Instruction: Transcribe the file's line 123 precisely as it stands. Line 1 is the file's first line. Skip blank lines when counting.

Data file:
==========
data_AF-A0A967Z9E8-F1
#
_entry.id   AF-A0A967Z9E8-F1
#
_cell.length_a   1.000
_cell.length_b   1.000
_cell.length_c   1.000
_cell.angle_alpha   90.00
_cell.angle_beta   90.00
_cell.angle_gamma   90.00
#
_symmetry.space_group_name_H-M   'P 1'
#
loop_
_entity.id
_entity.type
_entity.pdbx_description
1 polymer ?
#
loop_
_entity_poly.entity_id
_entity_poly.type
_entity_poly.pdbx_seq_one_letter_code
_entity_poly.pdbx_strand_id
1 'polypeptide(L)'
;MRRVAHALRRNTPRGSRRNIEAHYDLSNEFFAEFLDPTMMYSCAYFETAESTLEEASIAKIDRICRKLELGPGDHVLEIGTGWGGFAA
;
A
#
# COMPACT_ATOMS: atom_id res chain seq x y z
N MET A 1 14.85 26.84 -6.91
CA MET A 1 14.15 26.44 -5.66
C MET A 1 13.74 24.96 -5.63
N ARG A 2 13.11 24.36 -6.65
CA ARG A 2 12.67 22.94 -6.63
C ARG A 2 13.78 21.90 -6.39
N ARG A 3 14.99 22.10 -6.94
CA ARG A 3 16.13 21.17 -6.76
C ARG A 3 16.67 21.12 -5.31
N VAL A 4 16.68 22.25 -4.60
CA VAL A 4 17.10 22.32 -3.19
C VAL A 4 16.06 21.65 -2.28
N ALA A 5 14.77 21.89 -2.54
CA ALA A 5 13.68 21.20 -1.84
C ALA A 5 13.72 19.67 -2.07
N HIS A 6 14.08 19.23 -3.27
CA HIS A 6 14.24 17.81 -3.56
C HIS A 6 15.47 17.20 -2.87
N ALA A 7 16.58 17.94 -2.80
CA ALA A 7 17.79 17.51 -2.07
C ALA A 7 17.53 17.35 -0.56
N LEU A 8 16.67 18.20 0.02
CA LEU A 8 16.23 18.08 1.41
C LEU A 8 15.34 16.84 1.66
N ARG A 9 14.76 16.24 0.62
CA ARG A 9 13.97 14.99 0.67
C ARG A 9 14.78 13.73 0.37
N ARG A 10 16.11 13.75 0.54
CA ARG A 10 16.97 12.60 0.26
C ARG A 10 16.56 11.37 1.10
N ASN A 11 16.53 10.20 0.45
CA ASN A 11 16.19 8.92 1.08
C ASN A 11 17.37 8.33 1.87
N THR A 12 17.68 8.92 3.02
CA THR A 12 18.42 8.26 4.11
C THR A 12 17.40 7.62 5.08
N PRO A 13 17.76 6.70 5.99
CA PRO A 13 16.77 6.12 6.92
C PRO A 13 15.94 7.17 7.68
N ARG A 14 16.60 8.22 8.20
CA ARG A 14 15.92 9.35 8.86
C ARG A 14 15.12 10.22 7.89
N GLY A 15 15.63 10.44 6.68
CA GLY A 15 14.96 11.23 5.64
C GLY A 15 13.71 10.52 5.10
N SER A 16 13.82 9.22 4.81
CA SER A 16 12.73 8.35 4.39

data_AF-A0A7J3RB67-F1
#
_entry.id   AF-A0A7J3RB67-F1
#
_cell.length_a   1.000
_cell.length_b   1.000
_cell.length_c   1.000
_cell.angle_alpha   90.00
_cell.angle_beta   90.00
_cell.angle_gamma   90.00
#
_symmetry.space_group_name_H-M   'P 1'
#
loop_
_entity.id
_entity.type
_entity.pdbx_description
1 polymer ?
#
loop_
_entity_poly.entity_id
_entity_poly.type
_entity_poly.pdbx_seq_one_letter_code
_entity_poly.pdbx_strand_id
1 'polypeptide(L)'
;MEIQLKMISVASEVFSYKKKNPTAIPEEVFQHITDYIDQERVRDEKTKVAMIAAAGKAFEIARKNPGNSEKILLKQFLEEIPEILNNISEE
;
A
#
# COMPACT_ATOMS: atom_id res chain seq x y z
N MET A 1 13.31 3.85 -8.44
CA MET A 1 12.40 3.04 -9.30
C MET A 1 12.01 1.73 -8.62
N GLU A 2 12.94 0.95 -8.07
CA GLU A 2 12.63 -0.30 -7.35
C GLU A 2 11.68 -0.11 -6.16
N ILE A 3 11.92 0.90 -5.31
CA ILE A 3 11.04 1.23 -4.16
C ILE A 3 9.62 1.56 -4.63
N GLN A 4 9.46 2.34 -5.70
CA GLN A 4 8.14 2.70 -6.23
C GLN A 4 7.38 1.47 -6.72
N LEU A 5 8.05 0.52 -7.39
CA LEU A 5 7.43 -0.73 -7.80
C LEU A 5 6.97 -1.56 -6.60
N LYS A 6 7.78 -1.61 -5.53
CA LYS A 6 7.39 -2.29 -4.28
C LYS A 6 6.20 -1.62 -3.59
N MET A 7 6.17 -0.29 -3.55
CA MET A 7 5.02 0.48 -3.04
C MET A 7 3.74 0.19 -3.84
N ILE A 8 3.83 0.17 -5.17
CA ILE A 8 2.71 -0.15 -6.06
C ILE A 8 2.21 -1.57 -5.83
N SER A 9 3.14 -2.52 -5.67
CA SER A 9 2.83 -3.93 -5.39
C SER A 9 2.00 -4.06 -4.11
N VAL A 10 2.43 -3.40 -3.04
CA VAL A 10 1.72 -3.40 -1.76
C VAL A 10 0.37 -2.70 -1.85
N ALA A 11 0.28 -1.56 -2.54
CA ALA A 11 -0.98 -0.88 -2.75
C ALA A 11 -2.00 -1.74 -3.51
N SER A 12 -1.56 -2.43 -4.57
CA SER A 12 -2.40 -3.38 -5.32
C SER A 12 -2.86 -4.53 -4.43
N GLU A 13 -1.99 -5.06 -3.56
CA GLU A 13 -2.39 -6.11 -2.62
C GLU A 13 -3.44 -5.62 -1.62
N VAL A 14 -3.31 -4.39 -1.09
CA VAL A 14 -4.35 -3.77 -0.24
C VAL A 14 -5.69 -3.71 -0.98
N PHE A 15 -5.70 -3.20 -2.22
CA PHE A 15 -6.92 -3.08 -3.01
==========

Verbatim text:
N LYS A 6 7.78 -1.61 -5.53